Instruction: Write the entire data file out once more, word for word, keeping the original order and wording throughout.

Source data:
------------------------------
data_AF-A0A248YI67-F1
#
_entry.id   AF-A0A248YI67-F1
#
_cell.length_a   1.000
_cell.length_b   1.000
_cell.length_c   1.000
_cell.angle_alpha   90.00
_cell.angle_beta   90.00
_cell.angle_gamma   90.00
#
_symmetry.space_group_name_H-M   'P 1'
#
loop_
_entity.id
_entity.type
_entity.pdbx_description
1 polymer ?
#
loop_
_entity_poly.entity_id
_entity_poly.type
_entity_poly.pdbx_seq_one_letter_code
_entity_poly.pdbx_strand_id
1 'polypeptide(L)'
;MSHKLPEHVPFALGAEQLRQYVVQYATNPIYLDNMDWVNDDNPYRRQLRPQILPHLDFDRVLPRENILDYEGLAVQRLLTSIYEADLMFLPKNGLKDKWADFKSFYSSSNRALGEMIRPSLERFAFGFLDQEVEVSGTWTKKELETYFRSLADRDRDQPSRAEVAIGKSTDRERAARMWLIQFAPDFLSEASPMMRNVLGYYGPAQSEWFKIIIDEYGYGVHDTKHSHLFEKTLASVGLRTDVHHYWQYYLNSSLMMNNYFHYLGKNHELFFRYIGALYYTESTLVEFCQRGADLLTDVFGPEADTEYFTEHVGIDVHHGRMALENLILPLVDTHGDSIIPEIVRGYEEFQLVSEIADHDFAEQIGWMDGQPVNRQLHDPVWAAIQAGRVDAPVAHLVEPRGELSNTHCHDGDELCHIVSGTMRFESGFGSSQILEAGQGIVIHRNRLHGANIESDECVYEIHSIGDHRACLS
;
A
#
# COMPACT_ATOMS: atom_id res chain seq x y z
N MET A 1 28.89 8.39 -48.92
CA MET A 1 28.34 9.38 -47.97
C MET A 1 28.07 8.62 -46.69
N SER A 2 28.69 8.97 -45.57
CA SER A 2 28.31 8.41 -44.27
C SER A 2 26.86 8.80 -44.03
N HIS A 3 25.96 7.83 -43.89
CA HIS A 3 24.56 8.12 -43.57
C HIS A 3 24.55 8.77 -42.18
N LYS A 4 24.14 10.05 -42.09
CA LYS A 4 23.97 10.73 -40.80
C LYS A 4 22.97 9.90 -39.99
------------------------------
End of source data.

data_AF-A0A248YI67-F1
#
_entry.id   AF-A0A248YI67-F1
#
_cell.length_a   1.000
_cell.length_b   1.000
_cell.length_c   1.000
_cell.angle_alpha   90.00
_cell.angle_beta   90.00
_cell.angle_gamma   90.00
#
_symmetry.space_group_name_H-M   'P 1'
#
loop_
_entity.id
_entity.type
_entity.pdbx_description
1 polymer ?
#
loop_
_entity_poly.entity_id
_entity_poly.type
_entity_poly.pdbx_seq_one_letter_code
_entity_poly.pdbx_strand_id
1 'polypeptide(L)'
;MSHKLPEHVPFALGAEQLRQYVVQYATNPIYLDNMDWVNDDNPYRRQLRPQILPHLDFDRVLPRENILDYEGLAVQRLLTSIYEADLMFLPKNGLKDKWADFKSFYSSSNRALGEMIRPSLERFAFGFLDQEVEVSGTWTKKELETYFRSLADRDRDQPSRAEVAIGKSTDRERAARMWLIQFAPDFLSEASPMMRNVLGYYGPAQSEWFKIIIDEYGYGVHDTKHSHLFEKTLASVGLRTDVHHYWQYYLNSSLMMNNYFHYLGKNHELFFRYIGALYYTESTLVEFCQRGADLLTDVFGPEADTEYFTEHVGIDVHHGRMALENLILPLVDTHGDSIIPEIVRGYEEFQLVSEIADHDFAEQIGWMDGQPVNRQLHDPVWAAIQAGRVDAPVAHLVEPRGELSNTHCHDGDELCHIVSGTMRFESGFGSSQILEAGQGIVIHRNRLHGANIESDECVYEIHSIGDHRACLS
;
A
#
# COMPACT_ATOMS: atom_id res chain seq x y z
N MET A 1 28.89 8.39 -48.92
CA MET A 1 28.34 9.38 -47.97
C MET A 1 28.07 8.62 -46.69
N SER A 2 28.69 8.97 -45.57
CA SER A 2 28.31 8.41 -44.27
C SER A 2 26.86 8.80 -44.03
N HIS A 3 25.96 7.83 -43.89
CA HIS A 3 24.56 8.12 -43.57
C HIS A 3 24.55 8.77 -42.18
N LYS A 4 24.14 10.05 -42.09
CA LYS A 4 23.97 10.73 -40.80
C LYS A 4 22.97 9.90 -39.99